“Safe Routes” Goes Global With the Model School Zone Project
2:53 PM PDT on July 31, 2014
To get to Seoul Gumsan Elementary School in South Korea, students have to cross a heavily trafficked road with a blind curve. Between 2009 and 2010, 89 children were injured and one killed in 86 traffic crashes near the school.
Seoul Gumsan then had the good fortune to become part of the international Model School Zone program, which chose 10 schools in 10 countries to showcase how better infrastructure and education could help keep kids safe on their way to and from school.
To make Seoul Gumsan safer, Safe Kids Korea, in conjunction with Safe Kids Worldwide, painted a mural on the side of the school to clue drivers in to the fact that they were in a school zone. They also installed skid-proof pavement on the road, since they found that cars often skidded in wintry conditions. In conjunction with directional road signs and other traffic calming measures, the average vehicle speed near the school went down by nearly half, from 34 kilometers per hour (21 mph) to about 18 kph (11 mph).
Before embarking on the Model School Zone work, Safe Kids Worldwide undertook a project called Photovoice: Children’s Perspective on Road Safety, in which kids around the world were given cameras and told to document in photos and written reflections the traffic conditions they face when walking to school. The photo above of a little Vietnamese girl walking alongside a large truck where the road shoulder disappears into mud, was displayed for two weeks in the offices of Vietnam’s Transport Ministry with the quotation, “Please give us a safe route to school.”
Safe Kids Worldwide used Photovoice to help assess needs in the communities in the early stages of their Model School Zone project, and to drum up support. “We used it as an advocacy tool,” said Priti Gautam of Safe Kids Worldwide. “The kids’ voices are often forgotten.”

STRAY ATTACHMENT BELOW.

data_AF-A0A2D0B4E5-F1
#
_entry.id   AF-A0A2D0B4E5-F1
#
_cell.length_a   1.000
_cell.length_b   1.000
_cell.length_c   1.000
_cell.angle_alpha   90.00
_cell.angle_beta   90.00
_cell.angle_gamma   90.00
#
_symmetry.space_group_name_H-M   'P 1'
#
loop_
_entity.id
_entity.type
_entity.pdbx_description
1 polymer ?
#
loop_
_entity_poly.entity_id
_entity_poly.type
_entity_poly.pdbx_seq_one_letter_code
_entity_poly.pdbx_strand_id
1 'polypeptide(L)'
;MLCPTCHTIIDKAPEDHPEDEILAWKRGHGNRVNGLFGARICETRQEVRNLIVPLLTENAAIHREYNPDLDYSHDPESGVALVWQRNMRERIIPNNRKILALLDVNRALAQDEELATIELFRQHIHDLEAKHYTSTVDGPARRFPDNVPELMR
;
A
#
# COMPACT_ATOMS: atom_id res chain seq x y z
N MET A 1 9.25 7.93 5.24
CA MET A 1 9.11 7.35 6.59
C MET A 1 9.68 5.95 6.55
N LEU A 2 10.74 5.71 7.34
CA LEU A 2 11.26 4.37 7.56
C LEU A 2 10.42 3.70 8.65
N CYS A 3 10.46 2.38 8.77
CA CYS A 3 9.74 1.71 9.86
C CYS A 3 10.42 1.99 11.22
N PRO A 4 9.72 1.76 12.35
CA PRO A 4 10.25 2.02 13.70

Gautam will be presenting on both the Model School Zone project and the technique of Photovoice at the Pro-Walk/Pro-Bike conference in Pittsburgh in September.
The photos were a catalyst, but the committees in each country also needed hard data. Said Gautam: “We took speed counts. We looked at behaviors of the students and the parents. Were they crossing in the crosswalk? How were they crossing? What was the speed of the cars? Were parents dropping off the kids? Was there a designated drop-off place? So all that information, in addition to assessing the knowledge of kids on road safety rules and behaviors: Were they aware of what road signs meant, did they know how to cross the street?"
Vietnam’s Model School Zone project was one of the most successful. The great majority of the 615 students attending the Nguyen Thi Minh Khai Primary School in Dong Nai Province walk to school every day. More than 16 percent of them reported that they had been hit by drivers while walking near the school. There was no sidewalk, but there was a dirt path near the school. The trouble was, in order to walk on the dirt path, you had to cross over an open drainage ditch. So most kids just walked on the road.
The year before the Model School Zone project started, there were 24 pedestrian fatalities in that district. The next year -- after the installation of a sidewalk, crosswalks, and speed bumps -- there were eight.
A U.S. school was part of the program, too -- English Estates Elementary School in Fern Park, Florida. The committee there restriped faded crosswalks near the school, improved safety signage, designed safer traffic patterns, and implemented a walking school bus program. Canada had its own project too, at St. Martha's Elementary School in Fort McMurray, Alberta, to install traffic calming measures including "school zone" signs and radar speed enforcement.
The program is part of the U.N. Decade of Action for Road Safety, which aims to reduce the annual traffic crash death toll, now at 1.24 million. FedEx contributed $150,000 to the Decade, about $90,000 of which went to MSZ.
In some countries, change has been difficult. Though the entire MSZ project was supposed to be over by March 2013, the India project is still awaiting government permission to build a railing to keep motorbikes out of the small walkway near the school. Mexico was the last to even select a participating school. Now there is a solid coalition of partner organizations involved, but the engineering plan they’ve designed costs more than the $13,000 grant from Safe Kids Worldwide, so they’re planning fundraisers to raise the rest.
But the program has met its goal of providing a model in these countries of safe infrastructure to help kids get to and from school. Safe Kids Worldwide has already stopped calling the program “Model” School Zone and is now are working on “Safe” School Zones. The modeling period has ended, and now other schools -- especially in the Philippines, Brazil, and Vietnam -- are clamoring for help to reform their own street environments.
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